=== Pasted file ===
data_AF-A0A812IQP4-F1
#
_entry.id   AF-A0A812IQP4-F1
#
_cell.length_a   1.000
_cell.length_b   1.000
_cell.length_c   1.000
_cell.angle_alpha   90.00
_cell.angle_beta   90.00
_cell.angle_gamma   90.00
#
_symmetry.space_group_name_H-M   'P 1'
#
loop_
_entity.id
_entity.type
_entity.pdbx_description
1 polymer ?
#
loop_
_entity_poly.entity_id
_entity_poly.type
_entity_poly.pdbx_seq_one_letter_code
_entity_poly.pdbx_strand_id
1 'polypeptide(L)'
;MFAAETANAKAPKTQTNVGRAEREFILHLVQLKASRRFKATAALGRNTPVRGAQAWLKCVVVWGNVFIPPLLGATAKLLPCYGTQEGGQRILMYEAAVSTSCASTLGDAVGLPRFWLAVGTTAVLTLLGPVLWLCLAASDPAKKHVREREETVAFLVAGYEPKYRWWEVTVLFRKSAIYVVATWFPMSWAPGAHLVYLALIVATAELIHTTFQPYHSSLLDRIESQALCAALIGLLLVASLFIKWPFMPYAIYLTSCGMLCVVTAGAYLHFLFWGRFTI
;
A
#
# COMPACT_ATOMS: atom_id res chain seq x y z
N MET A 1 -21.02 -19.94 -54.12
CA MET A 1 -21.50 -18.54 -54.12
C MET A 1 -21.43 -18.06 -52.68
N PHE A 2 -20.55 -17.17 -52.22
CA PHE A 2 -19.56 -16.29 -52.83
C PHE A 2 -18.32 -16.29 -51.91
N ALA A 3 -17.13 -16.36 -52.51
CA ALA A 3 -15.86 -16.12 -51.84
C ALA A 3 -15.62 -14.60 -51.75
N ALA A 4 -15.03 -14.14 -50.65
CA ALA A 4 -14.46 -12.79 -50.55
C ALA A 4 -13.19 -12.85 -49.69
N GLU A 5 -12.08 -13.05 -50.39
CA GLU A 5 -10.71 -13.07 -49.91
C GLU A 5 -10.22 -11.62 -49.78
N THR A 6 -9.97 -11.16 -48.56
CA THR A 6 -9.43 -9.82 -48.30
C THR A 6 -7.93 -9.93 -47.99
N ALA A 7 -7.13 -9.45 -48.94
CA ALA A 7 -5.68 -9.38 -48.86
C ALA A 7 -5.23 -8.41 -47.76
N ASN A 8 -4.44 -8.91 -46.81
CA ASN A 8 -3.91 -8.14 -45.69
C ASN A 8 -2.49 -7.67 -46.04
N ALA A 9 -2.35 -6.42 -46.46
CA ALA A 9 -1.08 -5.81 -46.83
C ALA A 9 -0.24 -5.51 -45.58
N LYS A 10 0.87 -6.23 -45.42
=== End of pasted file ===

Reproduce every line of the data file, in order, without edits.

data_AF-A0A812IQP4-F1
#
_entry.id   AF-A0A812IQP4-F1
#
_cell.length_a   1.000
_cell.length_b   1.000
_cell.length_c   1.000
_cell.angle_alpha   90.00
_cell.angle_beta   90.00
_cell.angle_gamma   90.00
#
_symmetry.space_group_name_H-M   'P 1'
#
loop_
_entity.id
_entity.type
_entity.pdbx_description
1 polymer ?
#
loop_
_entity_poly.entity_id
_entity_poly.type
_entity_poly.pdbx_seq_one_letter_code
_entity_poly.pdbx_strand_id
1 'polypeptide(L)'
;MFAAETANAKAPKTQTNVGRAEREFILHLVQLKASRRFKATAALGRNTPVRGAQAWLKCVVVWGNVFIPPLLGATAKLLPCYGTQEGGQRILMYEAAVSTSCASTLGDAVGLPRFWLAVGTTAVLTLLGPVLWLCLAASDPAKKHVREREETVAFLVAGYEPKYRWWEVTVLFRKSAIYVVATWFPMSWAPGAHLVYLALIVATAELIHTTFQPYHSSLLDRIESQALCAALIGLLLVASLFIKWPFMPYAIYLTSCGMLCVVTAGAYLHFLFWGRFTI
;
A
#
# COMPACT_ATOMS: atom_id res chain seq x y z
N MET A 1 -21.02 -19.94 -54.12
CA MET A 1 -21.50 -18.54 -54.12
C MET A 1 -21.43 -18.06 -52.68
N PHE A 2 -20.55 -17.17 -52.22
CA PHE A 2 -19.56 -16.29 -52.83
C PHE A 2 -18.32 -16.29 -51.91
N ALA A 3 -17.13 -16.36 -52.51
CA ALA A 3 -15.86 -16.12 -51.84
C ALA A 3 -15.62 -14.60 -51.75
N ALA A 4 -15.03 -14.14 -50.65
CA ALA A 4 -14.46 -12.79 -50.55
C ALA A 4 -13.19 -12.85 -49.69
N GLU A 5 -12.08 -13.05 -50.39
CA GLU A 5 -10.71 -13.07 -49.91
C GLU A 5 -10.22 -11.62 -49.78
N THR A 6 -9.97 -11.16 -48.56
CA THR A 6 -9.43 -9.82 -48.30
C THR A 6 -7.93 -9.93 -47.99
N ALA A 7 -7.13 -9.45 -48.94
CA ALA A 7 -5.68 -9.38 -48.86
C ALA A 7 -5.23 -8.41 -47.76
N ASN A 8 -4.44 -8.91 -46.81
CA ASN A 8 -3.91 -8.14 -45.69
C ASN A 8 -2.49 -7.67 -46.04
N ALA A 9 -2.35 -6.42 -46.46
CA ALA A 9 -1.08 -5.81 -46.83
C ALA A 9 -0.24 -5.51 -45.58
N LYS A 10 0.87 -6.23 -45.42